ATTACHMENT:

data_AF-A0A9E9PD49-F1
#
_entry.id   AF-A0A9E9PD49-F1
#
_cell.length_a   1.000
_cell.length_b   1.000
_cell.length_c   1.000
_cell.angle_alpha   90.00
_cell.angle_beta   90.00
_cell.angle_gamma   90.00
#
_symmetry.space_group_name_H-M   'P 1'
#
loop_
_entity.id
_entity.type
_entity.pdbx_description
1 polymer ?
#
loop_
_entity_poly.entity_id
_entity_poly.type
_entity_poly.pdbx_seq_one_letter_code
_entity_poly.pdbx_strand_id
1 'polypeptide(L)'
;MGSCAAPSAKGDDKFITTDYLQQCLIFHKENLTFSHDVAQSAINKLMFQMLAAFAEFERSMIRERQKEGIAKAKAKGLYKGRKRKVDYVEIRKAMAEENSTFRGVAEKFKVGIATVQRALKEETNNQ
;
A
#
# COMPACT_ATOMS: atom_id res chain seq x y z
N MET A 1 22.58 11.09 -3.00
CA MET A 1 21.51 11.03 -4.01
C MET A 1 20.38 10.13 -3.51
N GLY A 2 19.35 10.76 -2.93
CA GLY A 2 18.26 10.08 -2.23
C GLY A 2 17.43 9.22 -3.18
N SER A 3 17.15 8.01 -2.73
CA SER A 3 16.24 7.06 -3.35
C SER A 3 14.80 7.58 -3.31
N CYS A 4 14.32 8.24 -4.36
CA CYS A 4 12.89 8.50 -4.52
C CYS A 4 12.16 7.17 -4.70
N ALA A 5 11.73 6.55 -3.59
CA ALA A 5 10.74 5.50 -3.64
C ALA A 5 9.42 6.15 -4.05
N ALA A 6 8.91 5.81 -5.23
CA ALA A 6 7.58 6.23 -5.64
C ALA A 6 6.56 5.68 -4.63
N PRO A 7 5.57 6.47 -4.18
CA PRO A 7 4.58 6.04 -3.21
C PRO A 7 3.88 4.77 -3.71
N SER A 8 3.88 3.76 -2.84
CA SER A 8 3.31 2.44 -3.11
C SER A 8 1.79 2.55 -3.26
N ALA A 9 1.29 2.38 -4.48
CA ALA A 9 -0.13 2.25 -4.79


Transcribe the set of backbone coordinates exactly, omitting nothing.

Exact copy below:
data_AF-A0A9E9PD49-F1
#
_entry.id   AF-A0A9E9PD49-F1
#
_cell.length_a   1.000
_cell.length_b   1.000
_cell.length_c   1.000
_cell.angle_alpha   90.00
_cell.angle_beta   90.00
_cell.angle_gamma   90.00
#
_symmetry.space_group_name_H-M   'P 1'
#
loop_
_entity.id
_entity.type
_entity.pdbx_description
1 polymer ?
#
loop_
_entity_poly.entity_id
_entity_poly.type
_entity_poly.pdbx_seq_one_letter_code
_entity_poly.pdbx_strand_id
1 'polypeptide(L)'
;MGSCAAPSAKGDDKFITTDYLQQCLIFHKENLTFSHDVAQSAINKLMFQMLAAFAEFERSMIRERQKEGIAKAKAKGLYKGRKRKVDYVEIRKAMAEENSTFRGVAEKFKVGIATVQRALKEETNNQ
;
A
#
# COMPACT_ATOMS: atom_id res chain seq x y z
N MET A 1 22.58 11.09 -3.00
CA MET A 1 21.51 11.03 -4.01
C MET A 1 20.38 10.13 -3.51
N GLY A 2 19.35 10.76 -2.93
CA GLY A 2 18.26 10.08 -2.23
C GLY A 2 17.43 9.22 -3.18
N SER A 3 17.15 8.01 -2.73
CA SER A 3 16.24 7.06 -3.35
C SER A 3 14.80 7.58 -3.31
N CYS A 4 14.32 8.24 -4.36
CA CYS A 4 12.89 8.50 -4.52
C CYS A 4 12.16 7.17 -4.70
N ALA A 5 11.73 6.55 -3.59
CA ALA A 5 10.74 5.50 -3.64
C ALA A 5 9.42 6.15 -4.05
N ALA A 6 8.91 5.81 -5.23
CA ALA A 6 7.58 6.23 -5.64
C ALA A 6 6.56 5.68 -4.63
N PRO A 7 5.57 6.47 -4.18
CA PRO A 7 4.58 6.04 -3.21
C PRO A 7 3.88 4.77 -3.71
N SER A 8 3.88 3.76 -2.84
CA SER A 8 3.31 2.44 -3.11
C SER A 8 1.79 2.55 -3.26
N ALA A 9 1.29 2.38 -4.48
CA ALA A 9 -0.13 2.25 -4.79